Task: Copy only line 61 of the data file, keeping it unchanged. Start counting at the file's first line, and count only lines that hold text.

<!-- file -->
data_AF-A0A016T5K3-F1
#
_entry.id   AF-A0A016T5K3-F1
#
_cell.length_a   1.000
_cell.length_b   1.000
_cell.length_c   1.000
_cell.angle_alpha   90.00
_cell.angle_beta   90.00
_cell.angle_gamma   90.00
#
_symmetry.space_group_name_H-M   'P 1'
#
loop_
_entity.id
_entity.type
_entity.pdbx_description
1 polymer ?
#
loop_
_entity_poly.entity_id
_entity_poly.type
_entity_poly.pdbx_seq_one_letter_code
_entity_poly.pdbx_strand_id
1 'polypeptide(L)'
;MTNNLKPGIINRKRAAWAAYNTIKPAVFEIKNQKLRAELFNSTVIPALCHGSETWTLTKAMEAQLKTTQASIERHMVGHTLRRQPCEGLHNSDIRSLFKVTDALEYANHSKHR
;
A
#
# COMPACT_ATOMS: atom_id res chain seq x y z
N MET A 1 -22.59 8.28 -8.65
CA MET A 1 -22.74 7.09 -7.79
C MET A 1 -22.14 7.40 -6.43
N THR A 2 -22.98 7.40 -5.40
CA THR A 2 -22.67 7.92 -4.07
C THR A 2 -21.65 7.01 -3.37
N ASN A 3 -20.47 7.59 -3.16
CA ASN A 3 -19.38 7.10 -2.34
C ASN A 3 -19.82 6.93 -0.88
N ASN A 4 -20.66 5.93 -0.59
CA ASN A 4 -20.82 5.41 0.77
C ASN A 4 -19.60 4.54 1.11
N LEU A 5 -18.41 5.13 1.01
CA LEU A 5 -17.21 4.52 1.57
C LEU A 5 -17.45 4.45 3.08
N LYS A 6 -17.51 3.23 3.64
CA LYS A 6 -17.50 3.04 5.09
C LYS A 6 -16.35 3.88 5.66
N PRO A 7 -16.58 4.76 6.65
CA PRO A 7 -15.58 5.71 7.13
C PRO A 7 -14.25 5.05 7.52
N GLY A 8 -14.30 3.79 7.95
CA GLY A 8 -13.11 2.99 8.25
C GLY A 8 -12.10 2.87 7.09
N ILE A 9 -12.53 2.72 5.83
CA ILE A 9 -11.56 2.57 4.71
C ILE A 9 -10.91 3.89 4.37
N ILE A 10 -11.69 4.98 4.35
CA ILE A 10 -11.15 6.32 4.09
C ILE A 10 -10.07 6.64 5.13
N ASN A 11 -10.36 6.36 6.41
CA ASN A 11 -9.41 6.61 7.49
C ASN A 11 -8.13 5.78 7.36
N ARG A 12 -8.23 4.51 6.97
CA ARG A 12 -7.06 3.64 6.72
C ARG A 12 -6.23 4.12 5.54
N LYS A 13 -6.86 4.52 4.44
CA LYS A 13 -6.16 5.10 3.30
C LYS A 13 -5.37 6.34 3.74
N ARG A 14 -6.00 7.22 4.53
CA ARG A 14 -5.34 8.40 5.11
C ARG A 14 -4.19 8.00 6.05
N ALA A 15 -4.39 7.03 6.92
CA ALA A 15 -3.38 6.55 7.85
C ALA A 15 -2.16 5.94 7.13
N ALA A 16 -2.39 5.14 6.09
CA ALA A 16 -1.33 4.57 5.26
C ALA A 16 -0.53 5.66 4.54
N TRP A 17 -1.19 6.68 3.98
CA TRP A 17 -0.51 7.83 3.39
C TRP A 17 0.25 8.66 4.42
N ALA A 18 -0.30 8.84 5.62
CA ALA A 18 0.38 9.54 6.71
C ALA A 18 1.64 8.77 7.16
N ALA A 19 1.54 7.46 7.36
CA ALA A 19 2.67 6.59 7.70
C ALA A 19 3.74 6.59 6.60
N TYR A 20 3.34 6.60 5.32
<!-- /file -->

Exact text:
N ASN A 11 -10.36 6.36 6.41